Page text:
Geurim Introduction

Geurim: Fine Korean Paintings at the Los Angeles County Museum of Art

The First Scholarly Website in English to Focus on Korean Painting
LACMA’s website is the first widely available scholarly resource for Korean painting in English. Aside from general catalogues published by Western museums to document their collections, there is very little material published in English about Korean art.

The strength of LACMA’s collection of Korean paintings is its comprehensiveness, with the breadth and depth of Joseon dynasty (1392–1910) paintings being especially noteworthy. For this online project, we chose the most important Korean paintings in LACMA’s collection, and they naturally fell into two categories: Buddhist subjects, including religious figures and concepts; and secular subjects such as landscapes, birds and flowers, and portraits of officials, as well as paintings of court ceremonies.

The collection also includes numerous important Korean folding screens, and its strength in this area gives the museum a more prominent place among peer institutions worldwide. These painted screens, usually of eight or ten panels, exhibit typical Korean aesthetics and often contain historical documentation. To understand the screens fully, viewers must be able to see details of their complex iconography, which is often in narrative form.

The Buddhist paintings, which originally hung on the walls of temples, are also significant. Many of the works have lengthy inscriptions, which are often vital for understanding the works in a historical context. An appreciation of these paintings is greatly enhanced by viewing close-up images of details, as well as by reading translations and in-depth explanations of the inscriptions.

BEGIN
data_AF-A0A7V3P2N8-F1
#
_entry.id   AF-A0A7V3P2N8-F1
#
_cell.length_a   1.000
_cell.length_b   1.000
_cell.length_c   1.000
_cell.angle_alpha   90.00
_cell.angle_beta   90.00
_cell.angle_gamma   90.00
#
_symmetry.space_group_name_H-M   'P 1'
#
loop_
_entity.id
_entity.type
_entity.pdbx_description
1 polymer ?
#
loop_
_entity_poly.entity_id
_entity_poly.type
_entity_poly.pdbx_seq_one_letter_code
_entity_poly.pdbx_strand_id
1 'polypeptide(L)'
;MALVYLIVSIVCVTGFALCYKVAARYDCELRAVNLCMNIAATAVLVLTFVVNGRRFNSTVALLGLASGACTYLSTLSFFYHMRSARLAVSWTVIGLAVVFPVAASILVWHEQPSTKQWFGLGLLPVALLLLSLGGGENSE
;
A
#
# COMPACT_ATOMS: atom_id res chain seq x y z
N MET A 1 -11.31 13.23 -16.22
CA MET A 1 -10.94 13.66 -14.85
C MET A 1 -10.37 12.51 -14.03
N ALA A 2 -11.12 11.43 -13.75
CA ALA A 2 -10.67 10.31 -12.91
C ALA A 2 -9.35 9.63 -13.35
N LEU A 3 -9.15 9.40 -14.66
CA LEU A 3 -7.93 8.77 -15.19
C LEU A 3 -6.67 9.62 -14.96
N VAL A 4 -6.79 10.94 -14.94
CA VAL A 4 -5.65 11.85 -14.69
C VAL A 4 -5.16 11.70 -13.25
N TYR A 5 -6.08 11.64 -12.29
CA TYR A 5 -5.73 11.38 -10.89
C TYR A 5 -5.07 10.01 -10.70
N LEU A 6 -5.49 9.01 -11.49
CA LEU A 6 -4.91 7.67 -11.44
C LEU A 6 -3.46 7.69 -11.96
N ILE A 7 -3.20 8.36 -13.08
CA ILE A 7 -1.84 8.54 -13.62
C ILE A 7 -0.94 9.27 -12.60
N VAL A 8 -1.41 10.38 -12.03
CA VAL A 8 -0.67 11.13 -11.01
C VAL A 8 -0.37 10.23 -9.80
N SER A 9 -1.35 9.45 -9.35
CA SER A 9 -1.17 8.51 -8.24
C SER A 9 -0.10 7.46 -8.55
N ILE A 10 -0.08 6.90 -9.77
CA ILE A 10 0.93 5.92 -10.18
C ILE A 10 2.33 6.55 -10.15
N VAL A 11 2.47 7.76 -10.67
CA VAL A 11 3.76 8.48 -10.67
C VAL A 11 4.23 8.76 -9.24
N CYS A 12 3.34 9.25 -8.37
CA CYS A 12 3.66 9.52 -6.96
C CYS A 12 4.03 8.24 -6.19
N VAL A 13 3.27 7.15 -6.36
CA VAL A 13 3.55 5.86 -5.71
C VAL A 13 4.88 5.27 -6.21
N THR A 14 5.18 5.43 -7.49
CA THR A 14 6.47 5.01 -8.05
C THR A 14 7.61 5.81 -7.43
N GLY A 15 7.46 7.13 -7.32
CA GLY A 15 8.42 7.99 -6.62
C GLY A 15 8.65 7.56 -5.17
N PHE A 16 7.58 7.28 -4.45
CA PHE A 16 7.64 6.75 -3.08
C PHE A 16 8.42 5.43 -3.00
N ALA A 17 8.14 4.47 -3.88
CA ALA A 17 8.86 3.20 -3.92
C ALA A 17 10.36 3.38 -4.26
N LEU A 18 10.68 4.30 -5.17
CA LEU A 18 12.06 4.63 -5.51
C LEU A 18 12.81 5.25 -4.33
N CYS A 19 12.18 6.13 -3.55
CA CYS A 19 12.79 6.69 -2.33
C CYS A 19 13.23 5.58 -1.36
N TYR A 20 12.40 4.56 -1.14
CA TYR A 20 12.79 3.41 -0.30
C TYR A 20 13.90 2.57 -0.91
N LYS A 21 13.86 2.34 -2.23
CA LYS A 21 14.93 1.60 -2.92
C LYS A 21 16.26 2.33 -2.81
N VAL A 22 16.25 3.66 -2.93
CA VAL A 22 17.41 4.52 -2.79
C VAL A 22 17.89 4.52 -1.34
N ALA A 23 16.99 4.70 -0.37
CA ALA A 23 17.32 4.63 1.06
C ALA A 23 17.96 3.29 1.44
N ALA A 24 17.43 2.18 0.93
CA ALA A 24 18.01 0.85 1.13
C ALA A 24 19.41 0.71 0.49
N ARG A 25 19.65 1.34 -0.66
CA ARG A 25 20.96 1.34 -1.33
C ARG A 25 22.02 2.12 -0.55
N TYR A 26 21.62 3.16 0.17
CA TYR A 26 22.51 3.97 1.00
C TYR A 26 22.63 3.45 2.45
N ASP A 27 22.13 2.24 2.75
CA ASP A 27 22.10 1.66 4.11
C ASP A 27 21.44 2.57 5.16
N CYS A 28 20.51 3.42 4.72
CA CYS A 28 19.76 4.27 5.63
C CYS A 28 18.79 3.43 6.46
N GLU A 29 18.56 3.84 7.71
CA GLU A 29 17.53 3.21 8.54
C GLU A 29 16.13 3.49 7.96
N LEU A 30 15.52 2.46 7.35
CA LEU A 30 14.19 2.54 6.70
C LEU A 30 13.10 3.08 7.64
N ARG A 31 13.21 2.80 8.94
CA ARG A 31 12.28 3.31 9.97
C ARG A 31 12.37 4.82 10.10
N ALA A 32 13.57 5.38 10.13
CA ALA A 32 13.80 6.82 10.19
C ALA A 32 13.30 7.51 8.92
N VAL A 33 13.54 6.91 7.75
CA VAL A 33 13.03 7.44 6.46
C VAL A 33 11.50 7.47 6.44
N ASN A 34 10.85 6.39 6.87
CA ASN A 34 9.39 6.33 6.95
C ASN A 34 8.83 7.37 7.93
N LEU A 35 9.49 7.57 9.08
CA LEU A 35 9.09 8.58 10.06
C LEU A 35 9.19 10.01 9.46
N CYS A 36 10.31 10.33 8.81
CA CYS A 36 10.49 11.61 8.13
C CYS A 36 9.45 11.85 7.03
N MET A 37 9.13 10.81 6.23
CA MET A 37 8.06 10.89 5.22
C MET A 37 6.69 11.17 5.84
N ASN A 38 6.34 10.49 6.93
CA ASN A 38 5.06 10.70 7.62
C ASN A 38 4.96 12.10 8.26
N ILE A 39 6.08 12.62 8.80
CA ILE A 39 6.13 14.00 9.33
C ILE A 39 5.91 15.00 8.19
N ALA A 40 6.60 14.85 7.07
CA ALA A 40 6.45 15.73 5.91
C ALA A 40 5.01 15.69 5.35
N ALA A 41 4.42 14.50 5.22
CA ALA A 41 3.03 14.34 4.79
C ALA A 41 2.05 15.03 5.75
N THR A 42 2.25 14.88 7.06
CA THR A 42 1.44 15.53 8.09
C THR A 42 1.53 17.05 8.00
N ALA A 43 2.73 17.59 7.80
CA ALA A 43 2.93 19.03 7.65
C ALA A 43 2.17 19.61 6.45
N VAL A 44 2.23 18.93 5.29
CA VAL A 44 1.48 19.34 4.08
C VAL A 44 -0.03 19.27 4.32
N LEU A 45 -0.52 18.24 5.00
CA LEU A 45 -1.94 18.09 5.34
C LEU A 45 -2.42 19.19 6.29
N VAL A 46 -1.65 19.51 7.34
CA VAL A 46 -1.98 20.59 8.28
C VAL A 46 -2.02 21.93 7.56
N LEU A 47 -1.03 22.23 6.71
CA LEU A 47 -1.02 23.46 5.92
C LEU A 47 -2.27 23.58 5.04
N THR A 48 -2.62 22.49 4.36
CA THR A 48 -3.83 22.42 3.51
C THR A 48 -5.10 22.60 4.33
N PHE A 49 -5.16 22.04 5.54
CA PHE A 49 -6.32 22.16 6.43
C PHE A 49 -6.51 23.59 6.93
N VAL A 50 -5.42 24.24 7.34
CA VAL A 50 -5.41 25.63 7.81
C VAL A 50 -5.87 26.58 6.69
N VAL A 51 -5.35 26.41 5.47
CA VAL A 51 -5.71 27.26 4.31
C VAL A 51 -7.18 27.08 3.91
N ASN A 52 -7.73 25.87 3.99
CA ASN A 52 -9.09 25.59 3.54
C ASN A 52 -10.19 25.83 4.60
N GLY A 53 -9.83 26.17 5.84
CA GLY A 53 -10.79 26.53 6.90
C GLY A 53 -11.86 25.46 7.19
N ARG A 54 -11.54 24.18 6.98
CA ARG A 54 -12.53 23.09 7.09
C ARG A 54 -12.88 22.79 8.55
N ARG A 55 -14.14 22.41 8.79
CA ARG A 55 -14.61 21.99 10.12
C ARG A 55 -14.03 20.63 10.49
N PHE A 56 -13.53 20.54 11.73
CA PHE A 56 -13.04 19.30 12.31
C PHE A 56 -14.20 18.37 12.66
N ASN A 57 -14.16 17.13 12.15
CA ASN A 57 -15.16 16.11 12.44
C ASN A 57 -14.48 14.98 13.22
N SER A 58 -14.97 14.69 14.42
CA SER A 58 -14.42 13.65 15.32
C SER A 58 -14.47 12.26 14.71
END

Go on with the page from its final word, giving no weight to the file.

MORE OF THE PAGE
New and Significant Contributions to Korean Art Scholarship
The paintings in this collection had never before been comprehensively studied. Hyonjeong Kim Han, LACMA’s associate curator of Chinese and Korean art, and Professor Chung Woo-thak, senior professor and specialist in Buddhist painting at Dongguk University, Seoul, conducted all new and original research in both Korean and classical Chinese. While researching the thirty-five paintings in this project, the curator and guest scholar discovered information that significantly enhanced the importance of the collection.

Their investigations consisted of a review of all similar extant paintings known today; a review of all written records that relate to the works, including pertinent historical records, and writings by the artists, their subjects, and their contemporaries; and the criticism of later theorists. By deciphering the many classical Chinese inscriptions and seals on the paintings, they were able to identify artists and collectors, and to revise dates. By extensively researching comparable works of art, in addition to historical writings only available in Korean and classical Chinese, the scholars were better able to position the paintings within the history of Korean painting in general.

Hyonjeong Kim Han and Professor Chung Woo-thak produced a scholarly essay for each of the thirty-five works of art, the first English-language essays published that concentrate on individual paintings or sets of paintings. Hyonjeong Kim Han wrote the essays about the secular paintings, while Professor Chung Woo-thak wrote the essays about Buddhist paintings.